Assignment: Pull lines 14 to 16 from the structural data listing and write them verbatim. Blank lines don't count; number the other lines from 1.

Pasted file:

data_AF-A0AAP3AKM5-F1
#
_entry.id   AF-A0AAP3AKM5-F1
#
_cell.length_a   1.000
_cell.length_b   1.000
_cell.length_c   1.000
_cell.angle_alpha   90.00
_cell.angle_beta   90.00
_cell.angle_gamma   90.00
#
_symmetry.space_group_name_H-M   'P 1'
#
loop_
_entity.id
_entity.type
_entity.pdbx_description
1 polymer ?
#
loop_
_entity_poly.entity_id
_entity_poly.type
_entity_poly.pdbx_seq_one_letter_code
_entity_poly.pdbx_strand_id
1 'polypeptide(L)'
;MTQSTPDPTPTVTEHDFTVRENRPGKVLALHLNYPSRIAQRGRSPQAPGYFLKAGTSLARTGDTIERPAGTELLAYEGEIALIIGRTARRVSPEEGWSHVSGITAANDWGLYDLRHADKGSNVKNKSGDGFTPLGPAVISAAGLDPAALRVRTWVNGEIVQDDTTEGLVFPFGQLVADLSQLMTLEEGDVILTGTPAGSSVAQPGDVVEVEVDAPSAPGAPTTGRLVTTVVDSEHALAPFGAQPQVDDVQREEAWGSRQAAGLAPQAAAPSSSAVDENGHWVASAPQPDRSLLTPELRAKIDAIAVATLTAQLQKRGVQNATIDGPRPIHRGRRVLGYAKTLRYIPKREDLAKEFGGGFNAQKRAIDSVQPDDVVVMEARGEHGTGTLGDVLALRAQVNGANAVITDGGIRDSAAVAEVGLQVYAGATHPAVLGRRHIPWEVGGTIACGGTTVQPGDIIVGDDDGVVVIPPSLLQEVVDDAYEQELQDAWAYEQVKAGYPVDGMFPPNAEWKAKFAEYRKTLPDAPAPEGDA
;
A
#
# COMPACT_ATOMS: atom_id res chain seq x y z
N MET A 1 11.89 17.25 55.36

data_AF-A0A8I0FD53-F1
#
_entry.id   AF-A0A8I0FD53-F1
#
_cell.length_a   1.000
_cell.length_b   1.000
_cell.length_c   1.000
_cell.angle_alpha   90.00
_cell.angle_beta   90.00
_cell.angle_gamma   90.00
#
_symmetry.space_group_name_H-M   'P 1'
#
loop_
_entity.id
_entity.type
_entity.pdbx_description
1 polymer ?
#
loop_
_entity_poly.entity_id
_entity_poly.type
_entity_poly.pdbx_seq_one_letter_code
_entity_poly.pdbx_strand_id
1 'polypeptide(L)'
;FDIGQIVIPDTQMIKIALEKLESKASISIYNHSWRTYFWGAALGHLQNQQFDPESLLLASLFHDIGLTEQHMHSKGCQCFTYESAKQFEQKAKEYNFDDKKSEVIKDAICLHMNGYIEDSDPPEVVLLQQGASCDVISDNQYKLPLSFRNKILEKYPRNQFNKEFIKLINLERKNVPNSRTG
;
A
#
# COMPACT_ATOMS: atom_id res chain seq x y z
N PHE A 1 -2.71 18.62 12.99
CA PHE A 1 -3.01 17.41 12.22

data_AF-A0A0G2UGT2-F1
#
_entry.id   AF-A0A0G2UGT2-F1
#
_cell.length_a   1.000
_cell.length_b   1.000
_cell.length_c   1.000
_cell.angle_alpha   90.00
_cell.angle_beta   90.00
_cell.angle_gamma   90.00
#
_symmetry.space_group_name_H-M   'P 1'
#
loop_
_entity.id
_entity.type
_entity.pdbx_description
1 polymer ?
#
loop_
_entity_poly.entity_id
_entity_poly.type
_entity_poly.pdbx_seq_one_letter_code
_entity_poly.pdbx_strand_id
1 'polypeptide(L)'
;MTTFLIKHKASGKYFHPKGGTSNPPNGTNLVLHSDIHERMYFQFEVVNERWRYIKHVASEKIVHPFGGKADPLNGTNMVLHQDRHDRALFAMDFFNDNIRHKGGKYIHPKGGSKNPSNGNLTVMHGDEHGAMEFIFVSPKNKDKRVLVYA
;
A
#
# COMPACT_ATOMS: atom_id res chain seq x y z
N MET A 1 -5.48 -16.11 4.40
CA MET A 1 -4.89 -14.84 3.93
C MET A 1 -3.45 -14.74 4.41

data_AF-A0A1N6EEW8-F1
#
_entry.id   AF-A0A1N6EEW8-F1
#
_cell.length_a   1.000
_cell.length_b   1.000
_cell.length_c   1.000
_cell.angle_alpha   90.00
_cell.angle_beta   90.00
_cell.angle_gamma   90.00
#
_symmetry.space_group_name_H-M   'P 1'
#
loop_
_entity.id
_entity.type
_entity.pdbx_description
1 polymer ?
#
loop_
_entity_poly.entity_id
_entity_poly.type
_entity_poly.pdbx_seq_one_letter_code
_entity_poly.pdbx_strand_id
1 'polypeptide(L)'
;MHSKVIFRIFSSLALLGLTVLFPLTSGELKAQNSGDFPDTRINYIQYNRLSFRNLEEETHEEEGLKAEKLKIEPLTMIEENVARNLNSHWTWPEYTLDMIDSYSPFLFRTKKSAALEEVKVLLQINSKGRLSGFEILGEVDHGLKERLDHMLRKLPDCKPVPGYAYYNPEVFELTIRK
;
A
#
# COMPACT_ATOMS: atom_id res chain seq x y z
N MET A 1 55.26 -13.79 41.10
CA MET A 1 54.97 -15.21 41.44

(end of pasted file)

loop_
_entity.id
_entity.type